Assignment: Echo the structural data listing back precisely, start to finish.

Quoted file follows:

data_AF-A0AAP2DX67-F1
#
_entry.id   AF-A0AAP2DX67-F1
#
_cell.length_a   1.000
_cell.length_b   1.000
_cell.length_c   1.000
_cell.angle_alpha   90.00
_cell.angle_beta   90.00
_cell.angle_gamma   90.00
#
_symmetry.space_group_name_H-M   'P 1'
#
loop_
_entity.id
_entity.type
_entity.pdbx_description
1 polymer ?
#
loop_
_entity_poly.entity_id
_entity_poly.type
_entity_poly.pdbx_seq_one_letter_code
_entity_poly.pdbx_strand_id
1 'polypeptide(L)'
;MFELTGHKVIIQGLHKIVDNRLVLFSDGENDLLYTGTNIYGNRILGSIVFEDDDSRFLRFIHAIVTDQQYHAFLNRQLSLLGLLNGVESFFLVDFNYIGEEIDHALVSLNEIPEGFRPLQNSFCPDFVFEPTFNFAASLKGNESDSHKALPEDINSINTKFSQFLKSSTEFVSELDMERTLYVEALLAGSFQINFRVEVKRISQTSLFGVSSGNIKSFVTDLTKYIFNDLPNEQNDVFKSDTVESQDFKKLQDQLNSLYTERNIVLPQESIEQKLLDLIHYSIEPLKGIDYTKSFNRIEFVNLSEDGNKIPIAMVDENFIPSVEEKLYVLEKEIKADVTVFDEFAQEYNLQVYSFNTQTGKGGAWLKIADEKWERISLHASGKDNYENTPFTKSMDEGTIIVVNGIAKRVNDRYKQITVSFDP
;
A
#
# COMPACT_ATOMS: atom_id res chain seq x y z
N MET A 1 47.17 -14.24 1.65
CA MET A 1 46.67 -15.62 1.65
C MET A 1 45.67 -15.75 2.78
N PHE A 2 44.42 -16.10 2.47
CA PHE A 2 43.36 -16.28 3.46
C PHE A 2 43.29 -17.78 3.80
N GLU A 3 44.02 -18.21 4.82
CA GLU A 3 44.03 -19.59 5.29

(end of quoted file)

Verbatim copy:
data_AF-A0AAP2DX67-F1
#
_entry.id   AF-A0AAP2DX67-F1
#
_cell.length_a   1.000
_cell.length_b   1.000
_cell.length_c   1.000
_cell.angle_alpha   90.00
_cell.angle_beta   90.00
_cell.angle_gamma   90.00
#
_symmetry.space_group_name_H-M   'P 1'
#
loop_
_entity.id
_entity.type
_entity.pdbx_description
1 polymer ?
#
loop_
_entity_poly.entity_id
_entity_poly.type
_entity_poly.pdbx_seq_one_letter_code
_entity_poly.pdbx_strand_id
1 'polypeptide(L)'
;MFELTGHKVIIQGLHKIVDNRLVLFSDGENDLLYTGTNIYGNRILGSIVFEDDDSRFLRFIHAIVTDQQYHAFLNRQLSLLGLLNGVESFFLVDFNYIGEEIDHALVSLNEIPEGFRPLQNSFCPDFVFEPTFNFAASLKGNESDSHKALPEDINSINTKFSQFLKSSTEFVSELDMERTLYVEALLAGSFQINFRVEVKRISQTSLFGVSSGNIKSFVTDLTKYIFNDLPNEQNDVFKSDTVESQDFKKLQDQLNSLYTERNIVLPQESIEQKLLDLIHYSIEPLKGIDYTKSFNRIEFVNLSEDGNKIPIAMVDENFIPSVEEKLYVLEKEIKADVTVFDEFAQEYNLQVYSFNTQTGKGGAWLKIADEKWERISLHASGKDNYENTPFTKSMDEGTIIVVNGIAKRVNDRYKQITVSFDP
;
A
#
# COMPACT_ATOMS: atom_id res chain seq x y z
N MET A 1 47.17 -14.24 1.65
CA MET A 1 46.67 -15.62 1.65
C MET A 1 45.67 -15.75 2.78
N PHE A 2 44.42 -16.10 2.47
CA PHE A 2 43.36 -16.28 3.46
C PHE A 2 43.29 -17.78 3.80
N GLU A 3 44.02 -18.21 4.82
CA GLU A 3 44.03 -19.59 5.29